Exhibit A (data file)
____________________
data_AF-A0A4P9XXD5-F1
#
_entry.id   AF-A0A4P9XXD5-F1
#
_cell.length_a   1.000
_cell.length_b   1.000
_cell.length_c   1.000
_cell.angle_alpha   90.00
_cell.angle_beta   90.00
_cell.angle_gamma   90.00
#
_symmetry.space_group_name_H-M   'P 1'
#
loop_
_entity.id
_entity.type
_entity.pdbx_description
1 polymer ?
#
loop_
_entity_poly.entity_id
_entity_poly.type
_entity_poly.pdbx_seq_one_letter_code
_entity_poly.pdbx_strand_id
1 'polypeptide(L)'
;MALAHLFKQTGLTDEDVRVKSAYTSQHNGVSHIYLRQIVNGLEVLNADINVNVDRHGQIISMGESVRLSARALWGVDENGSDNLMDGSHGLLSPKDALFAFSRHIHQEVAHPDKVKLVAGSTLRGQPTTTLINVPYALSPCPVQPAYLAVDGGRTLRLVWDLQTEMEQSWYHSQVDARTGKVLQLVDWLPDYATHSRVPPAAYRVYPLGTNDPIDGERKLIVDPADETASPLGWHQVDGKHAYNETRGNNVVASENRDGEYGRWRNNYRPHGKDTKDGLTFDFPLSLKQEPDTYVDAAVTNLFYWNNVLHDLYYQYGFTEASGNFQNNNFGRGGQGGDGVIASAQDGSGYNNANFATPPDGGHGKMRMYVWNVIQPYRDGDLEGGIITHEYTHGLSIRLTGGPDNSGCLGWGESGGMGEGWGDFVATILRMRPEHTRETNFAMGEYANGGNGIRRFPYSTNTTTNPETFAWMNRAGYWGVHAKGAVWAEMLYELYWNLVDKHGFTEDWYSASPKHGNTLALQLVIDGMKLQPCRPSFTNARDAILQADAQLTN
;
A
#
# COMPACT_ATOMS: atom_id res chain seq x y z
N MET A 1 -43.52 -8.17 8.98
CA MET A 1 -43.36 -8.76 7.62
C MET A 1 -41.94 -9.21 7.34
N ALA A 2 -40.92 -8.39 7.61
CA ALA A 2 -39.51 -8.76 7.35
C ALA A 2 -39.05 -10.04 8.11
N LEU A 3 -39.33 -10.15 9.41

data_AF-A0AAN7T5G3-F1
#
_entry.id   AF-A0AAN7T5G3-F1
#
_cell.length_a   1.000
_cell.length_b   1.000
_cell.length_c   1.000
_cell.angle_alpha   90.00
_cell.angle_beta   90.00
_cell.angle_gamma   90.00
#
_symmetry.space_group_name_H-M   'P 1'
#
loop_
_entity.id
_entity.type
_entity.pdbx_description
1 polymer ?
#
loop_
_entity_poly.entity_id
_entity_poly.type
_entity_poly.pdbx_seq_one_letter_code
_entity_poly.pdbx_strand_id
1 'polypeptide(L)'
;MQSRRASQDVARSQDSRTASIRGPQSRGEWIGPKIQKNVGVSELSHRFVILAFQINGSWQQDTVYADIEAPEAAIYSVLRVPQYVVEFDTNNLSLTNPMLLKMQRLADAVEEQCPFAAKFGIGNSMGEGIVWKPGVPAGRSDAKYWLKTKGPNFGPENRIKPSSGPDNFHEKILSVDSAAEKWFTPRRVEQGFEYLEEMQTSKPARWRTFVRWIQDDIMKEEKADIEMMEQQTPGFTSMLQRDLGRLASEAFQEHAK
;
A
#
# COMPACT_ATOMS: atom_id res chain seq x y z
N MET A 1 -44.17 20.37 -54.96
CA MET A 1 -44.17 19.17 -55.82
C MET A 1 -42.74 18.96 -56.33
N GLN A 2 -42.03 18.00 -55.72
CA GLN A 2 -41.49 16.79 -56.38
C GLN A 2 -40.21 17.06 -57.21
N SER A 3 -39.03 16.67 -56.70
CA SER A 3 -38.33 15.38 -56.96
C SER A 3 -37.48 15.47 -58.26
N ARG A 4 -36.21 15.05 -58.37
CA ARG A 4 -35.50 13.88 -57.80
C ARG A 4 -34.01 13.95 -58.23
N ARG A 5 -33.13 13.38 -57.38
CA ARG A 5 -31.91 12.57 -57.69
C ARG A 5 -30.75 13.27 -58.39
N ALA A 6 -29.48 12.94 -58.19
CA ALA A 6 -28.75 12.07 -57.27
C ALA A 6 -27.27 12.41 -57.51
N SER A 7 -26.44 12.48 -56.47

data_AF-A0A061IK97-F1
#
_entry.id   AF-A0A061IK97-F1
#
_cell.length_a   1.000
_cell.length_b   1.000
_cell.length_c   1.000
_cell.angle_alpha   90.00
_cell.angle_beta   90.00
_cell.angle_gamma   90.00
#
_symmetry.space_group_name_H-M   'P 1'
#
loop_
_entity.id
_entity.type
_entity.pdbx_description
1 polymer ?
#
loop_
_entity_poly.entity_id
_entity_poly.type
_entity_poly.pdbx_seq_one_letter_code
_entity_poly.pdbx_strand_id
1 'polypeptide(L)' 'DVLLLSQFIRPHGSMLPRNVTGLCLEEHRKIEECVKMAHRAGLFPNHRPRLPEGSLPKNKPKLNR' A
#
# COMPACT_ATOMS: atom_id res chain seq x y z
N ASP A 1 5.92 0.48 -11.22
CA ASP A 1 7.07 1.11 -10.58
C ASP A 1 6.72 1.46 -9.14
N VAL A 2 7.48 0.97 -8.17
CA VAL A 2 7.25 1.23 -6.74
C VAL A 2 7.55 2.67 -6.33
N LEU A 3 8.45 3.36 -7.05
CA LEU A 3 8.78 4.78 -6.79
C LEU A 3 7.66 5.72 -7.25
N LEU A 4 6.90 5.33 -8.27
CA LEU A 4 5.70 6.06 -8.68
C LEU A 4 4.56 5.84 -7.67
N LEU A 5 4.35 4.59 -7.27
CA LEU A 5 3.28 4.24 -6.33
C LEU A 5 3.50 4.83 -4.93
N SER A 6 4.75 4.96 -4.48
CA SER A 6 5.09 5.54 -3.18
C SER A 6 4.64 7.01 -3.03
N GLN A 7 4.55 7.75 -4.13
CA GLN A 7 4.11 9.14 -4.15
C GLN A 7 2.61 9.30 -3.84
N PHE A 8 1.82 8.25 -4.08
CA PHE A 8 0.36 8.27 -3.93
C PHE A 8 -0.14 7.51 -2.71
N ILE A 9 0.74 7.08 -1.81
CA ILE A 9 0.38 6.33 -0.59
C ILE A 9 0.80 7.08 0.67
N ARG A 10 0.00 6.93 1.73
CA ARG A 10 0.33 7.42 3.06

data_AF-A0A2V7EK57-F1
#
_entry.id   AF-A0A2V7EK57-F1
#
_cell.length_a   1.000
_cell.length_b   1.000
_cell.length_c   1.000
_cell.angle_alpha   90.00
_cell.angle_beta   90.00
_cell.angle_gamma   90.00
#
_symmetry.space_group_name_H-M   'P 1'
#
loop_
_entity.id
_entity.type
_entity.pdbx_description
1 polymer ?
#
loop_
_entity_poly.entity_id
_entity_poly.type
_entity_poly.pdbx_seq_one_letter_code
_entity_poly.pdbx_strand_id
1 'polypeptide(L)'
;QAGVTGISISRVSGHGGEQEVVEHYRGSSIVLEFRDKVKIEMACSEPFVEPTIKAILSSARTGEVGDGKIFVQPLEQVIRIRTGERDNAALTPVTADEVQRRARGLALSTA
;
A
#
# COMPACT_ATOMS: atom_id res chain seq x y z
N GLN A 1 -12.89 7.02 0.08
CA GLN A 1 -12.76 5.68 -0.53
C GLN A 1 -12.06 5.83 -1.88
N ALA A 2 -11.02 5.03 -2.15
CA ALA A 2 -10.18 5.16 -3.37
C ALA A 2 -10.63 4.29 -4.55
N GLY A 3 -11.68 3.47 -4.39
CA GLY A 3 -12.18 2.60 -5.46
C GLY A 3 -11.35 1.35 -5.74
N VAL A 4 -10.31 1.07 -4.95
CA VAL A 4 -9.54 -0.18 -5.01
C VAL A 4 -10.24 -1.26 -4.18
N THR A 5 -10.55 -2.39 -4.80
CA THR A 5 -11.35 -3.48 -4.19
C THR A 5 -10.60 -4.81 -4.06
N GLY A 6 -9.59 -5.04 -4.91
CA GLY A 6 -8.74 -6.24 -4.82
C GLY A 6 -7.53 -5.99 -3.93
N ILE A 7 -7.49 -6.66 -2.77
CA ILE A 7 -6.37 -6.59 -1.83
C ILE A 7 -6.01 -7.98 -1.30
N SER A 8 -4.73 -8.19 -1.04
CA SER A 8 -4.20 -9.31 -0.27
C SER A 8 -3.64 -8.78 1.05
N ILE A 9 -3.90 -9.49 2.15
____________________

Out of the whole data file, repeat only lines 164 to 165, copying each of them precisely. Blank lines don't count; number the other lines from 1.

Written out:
_entity_poly.type
_entity_poly.pdbx_seq_one_letter_code